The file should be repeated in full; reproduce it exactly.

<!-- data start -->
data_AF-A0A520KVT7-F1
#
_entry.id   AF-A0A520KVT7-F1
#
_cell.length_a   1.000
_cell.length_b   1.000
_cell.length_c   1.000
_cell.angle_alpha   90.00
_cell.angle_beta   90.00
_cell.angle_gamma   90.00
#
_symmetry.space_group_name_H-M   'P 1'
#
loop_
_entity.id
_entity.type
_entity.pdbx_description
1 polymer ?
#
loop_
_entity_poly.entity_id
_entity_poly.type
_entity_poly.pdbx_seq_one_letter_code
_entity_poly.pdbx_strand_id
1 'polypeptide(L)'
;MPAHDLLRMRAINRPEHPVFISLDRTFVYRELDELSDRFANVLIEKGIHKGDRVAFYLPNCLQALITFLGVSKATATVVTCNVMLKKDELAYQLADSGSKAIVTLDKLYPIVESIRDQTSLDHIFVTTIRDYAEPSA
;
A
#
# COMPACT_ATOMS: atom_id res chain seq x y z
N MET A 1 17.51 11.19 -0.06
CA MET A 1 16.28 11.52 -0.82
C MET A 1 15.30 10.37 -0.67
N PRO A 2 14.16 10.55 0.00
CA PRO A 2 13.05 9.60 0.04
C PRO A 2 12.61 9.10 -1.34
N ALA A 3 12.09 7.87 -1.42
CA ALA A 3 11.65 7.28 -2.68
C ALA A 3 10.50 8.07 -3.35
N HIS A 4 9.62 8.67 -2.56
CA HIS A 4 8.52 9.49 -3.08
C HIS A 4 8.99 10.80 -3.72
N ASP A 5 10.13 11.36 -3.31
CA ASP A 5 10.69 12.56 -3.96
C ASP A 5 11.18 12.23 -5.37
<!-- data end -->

data_AF-A0A520KVT7-F1
#
_entry.id   AF-A0A520KVT7-F1
#
_cell.length_a   1.000
_cell.length_b   1.000
_cell.length_c   1.000
_cell.angle_alpha   90.00
_cell.angle_beta   90.00
_cell.angle_gamma   90.00
#
_symmetry.space_group_name_H-M   'P 1'
#
loop_
_entity.id
_entity.type
_entity.pdbx_description
1 polymer ?
#
loop_
_entity_poly.entity_id
_entity_poly.type
_entity_poly.pdbx_seq_one_letter_code
_entity_poly.pdbx_strand_id
1 'polypeptide(L)'
;MPAHDLLRMRAINRPEHPVFISLDRTFVYRELDELSDRFANVLIEKGIHKGDRVAFYLPNCLQALITFLGVSKATATVVTCNVMLKKDELAYQLADSGSKAIVTLDKLYPIVESIRDQTSLDHIFVTTIRDYAEPSA
;
A
#
# COMPACT_ATOMS: atom_id res chain seq x y z
N MET A 1 17.51 11.19 -0.06
CA MET A 1 16.28 11.52 -0.82
C MET A 1 15.30 10.37 -0.67
N PRO A 2 14.16 10.55 0.00
CA PRO A 2 13.05 9.60 0.04
C PRO A 2 12.61 9.10 -1.34
N ALA A 3 12.09 7.87 -1.42
CA ALA A 3 11.65 7.28 -2.68
C ALA A 3 10.50 8.07 -3.35
N HIS A 4 9.62 8.67 -2.56
CA HIS A 4 8.52 9.49 -3.08
C HIS A 4 8.99 10.80 -3.72
N ASP A 5 10.13 11.36 -3.31
CA ASP A 5 10.69 12.56 -3.96
C ASP A 5 11.18 12.23 -5.37